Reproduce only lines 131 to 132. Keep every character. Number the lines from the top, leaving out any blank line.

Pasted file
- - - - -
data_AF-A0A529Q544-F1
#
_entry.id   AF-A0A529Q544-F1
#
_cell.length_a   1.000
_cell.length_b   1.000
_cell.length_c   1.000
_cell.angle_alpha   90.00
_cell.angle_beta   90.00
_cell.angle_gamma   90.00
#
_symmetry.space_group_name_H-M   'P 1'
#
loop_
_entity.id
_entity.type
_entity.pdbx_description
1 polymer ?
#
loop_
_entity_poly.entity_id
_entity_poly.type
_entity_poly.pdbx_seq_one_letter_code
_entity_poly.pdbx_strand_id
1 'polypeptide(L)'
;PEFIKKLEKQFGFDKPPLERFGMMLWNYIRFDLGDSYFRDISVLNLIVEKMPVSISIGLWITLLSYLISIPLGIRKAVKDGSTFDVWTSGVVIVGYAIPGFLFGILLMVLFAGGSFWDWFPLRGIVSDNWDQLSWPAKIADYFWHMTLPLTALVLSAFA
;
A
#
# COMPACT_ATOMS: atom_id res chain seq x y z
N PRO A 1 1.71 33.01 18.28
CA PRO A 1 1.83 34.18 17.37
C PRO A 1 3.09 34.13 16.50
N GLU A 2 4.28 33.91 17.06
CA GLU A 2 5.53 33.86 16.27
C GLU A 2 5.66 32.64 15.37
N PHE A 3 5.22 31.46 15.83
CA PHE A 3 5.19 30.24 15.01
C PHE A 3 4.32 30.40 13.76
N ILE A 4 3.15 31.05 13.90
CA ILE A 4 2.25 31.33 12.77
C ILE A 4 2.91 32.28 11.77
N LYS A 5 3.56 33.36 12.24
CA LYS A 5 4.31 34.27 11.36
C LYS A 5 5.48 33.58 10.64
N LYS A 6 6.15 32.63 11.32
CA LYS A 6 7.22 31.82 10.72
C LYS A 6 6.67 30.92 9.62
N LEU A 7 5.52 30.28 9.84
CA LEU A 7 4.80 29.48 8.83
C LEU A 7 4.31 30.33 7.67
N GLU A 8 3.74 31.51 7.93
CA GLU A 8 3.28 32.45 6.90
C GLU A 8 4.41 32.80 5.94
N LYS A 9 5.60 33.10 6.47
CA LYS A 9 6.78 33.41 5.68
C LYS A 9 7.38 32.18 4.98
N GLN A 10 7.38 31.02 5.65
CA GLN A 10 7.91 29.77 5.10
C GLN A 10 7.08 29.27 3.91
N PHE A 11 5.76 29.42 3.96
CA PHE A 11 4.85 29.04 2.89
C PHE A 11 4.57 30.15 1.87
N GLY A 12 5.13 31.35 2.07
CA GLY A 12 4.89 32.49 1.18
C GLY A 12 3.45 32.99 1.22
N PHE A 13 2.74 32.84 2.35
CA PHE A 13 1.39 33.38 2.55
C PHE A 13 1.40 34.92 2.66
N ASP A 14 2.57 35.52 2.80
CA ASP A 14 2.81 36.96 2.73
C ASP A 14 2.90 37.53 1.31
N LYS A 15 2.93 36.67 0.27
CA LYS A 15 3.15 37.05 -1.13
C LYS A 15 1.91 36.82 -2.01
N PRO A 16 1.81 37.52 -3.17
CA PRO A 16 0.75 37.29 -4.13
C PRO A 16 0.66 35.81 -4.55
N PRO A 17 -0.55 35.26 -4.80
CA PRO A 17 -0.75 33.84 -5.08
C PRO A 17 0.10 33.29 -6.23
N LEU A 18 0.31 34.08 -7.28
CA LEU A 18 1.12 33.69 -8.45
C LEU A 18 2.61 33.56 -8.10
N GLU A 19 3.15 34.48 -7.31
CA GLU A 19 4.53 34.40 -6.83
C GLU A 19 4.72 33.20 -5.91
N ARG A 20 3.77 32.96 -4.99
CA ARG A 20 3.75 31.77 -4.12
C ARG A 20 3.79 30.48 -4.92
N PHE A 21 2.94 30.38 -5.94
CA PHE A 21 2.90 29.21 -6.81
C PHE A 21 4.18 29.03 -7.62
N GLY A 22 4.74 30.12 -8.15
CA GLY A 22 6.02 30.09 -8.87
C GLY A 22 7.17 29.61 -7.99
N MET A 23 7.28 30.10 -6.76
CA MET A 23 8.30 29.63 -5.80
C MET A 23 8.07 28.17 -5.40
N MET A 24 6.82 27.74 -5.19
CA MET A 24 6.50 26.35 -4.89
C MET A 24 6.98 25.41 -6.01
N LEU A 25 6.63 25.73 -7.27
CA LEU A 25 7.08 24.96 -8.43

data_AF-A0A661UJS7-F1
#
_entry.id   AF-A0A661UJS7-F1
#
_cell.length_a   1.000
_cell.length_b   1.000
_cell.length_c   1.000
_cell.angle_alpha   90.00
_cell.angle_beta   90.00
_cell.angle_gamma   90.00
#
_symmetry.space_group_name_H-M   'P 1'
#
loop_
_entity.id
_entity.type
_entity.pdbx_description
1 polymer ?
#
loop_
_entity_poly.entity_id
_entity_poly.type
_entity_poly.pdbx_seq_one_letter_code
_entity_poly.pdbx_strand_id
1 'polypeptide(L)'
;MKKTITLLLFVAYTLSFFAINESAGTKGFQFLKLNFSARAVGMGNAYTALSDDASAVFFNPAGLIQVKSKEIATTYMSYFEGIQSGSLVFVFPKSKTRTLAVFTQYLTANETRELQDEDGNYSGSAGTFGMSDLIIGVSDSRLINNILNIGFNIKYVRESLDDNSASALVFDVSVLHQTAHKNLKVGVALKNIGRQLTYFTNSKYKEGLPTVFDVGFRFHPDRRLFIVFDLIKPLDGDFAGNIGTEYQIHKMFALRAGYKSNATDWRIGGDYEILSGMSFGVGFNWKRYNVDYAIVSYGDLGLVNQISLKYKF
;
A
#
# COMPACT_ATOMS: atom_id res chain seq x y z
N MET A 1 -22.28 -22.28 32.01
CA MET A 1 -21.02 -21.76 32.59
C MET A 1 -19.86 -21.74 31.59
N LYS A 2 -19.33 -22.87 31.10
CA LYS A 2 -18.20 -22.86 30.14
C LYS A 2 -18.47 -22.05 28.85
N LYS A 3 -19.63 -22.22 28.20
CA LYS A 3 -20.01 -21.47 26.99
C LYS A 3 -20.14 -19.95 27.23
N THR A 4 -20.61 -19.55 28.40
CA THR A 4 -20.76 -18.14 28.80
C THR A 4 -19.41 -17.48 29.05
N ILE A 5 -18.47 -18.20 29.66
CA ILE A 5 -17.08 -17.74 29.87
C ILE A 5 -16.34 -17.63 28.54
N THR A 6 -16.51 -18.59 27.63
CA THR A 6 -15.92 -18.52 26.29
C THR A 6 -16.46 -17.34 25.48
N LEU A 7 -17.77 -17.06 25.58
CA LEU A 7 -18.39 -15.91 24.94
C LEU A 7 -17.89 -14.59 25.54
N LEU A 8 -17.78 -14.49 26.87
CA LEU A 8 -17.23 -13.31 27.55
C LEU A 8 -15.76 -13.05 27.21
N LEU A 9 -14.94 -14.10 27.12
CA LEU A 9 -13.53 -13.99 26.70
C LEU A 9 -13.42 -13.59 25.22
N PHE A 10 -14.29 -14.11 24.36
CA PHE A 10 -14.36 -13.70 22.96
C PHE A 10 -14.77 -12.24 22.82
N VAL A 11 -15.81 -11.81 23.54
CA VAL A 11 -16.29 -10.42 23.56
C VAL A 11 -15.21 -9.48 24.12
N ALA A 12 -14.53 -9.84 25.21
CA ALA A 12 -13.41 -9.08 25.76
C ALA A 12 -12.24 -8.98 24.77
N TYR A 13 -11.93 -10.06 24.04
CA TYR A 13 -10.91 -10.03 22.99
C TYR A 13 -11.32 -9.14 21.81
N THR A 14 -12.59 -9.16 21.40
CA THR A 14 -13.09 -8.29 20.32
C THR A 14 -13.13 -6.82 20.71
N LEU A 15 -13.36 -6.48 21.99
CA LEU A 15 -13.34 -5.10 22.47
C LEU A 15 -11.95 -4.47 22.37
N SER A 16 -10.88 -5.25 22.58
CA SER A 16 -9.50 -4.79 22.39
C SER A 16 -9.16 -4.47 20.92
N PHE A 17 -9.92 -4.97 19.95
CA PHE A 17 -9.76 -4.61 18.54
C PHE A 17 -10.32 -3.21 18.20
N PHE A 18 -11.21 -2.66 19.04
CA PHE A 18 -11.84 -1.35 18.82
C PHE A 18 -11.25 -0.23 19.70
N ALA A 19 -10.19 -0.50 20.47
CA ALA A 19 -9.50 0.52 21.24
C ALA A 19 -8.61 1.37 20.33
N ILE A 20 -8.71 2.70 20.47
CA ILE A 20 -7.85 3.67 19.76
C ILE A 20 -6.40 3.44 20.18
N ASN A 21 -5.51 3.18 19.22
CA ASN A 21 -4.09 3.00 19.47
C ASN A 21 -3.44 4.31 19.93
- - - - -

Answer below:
;
A